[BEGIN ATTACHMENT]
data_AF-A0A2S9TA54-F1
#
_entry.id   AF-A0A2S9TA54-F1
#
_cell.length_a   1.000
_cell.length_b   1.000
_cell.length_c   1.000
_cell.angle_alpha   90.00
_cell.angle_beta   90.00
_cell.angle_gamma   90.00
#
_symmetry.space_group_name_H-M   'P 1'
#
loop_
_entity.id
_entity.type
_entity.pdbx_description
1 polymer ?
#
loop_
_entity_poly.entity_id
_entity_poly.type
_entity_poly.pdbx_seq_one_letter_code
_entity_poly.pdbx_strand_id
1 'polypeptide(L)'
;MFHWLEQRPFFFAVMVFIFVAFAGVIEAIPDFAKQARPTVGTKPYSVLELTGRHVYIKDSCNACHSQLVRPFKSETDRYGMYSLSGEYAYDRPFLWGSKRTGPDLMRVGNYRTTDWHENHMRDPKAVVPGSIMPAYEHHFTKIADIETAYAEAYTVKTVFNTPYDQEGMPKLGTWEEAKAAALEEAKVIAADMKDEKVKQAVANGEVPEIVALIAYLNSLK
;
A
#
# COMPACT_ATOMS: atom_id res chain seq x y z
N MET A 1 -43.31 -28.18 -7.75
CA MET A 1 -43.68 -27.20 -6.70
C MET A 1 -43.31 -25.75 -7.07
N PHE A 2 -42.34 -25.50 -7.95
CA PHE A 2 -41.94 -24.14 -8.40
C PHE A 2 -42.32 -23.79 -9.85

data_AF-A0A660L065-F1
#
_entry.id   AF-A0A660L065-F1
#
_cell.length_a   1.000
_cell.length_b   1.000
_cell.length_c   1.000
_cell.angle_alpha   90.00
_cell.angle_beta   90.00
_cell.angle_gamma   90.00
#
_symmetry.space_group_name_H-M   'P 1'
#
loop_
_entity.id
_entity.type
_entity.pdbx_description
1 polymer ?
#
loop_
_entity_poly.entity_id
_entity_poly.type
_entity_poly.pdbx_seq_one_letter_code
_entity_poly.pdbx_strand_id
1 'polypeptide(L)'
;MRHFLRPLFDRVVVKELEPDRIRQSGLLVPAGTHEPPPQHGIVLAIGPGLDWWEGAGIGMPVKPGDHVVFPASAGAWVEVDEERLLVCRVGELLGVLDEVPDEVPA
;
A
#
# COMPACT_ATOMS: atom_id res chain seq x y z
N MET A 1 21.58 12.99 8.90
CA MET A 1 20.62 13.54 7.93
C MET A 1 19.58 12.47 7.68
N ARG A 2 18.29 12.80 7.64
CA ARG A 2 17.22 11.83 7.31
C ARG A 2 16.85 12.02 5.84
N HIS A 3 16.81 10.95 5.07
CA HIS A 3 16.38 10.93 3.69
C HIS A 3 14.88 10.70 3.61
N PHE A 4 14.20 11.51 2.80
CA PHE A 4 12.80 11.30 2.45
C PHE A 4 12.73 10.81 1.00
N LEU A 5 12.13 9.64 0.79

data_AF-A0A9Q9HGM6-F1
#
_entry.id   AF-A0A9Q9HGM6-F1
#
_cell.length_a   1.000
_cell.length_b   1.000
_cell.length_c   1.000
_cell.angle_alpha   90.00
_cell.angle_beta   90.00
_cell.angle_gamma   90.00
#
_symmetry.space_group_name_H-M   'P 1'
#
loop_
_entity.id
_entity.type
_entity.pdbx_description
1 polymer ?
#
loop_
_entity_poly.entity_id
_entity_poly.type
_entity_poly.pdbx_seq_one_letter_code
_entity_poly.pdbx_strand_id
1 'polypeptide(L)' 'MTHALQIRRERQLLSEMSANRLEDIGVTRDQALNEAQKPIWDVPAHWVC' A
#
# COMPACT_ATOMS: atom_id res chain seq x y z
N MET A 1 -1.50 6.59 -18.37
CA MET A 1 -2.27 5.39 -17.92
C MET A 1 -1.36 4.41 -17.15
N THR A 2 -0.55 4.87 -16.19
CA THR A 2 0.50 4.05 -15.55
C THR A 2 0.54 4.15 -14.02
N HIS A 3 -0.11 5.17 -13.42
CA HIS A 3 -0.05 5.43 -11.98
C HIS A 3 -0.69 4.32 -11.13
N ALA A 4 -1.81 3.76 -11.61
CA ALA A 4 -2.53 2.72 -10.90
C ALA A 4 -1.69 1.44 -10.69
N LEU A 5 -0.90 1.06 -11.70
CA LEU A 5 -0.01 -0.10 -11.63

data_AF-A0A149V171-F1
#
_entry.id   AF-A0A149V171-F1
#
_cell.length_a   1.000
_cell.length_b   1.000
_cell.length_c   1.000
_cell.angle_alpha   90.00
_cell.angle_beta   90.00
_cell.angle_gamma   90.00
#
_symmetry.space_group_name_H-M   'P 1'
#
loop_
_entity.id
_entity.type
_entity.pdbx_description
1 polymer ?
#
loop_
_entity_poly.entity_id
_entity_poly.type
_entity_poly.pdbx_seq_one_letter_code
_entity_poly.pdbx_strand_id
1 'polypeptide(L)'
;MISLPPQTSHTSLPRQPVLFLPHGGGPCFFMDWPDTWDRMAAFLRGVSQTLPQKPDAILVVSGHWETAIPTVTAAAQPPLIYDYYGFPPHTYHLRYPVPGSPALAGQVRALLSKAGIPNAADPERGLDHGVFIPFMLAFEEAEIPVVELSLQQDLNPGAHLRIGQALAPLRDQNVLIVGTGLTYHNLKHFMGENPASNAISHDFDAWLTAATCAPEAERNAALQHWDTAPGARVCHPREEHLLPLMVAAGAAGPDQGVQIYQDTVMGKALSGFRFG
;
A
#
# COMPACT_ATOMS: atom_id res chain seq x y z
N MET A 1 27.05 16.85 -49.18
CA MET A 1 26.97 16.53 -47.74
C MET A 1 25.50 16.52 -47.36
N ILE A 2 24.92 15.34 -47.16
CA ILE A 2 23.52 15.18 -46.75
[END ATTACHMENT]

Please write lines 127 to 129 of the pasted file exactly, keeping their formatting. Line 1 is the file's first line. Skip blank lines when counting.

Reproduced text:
_cell.length_c   1.000
_cell.angle_alpha   90.00
_cell.angle_beta   90.00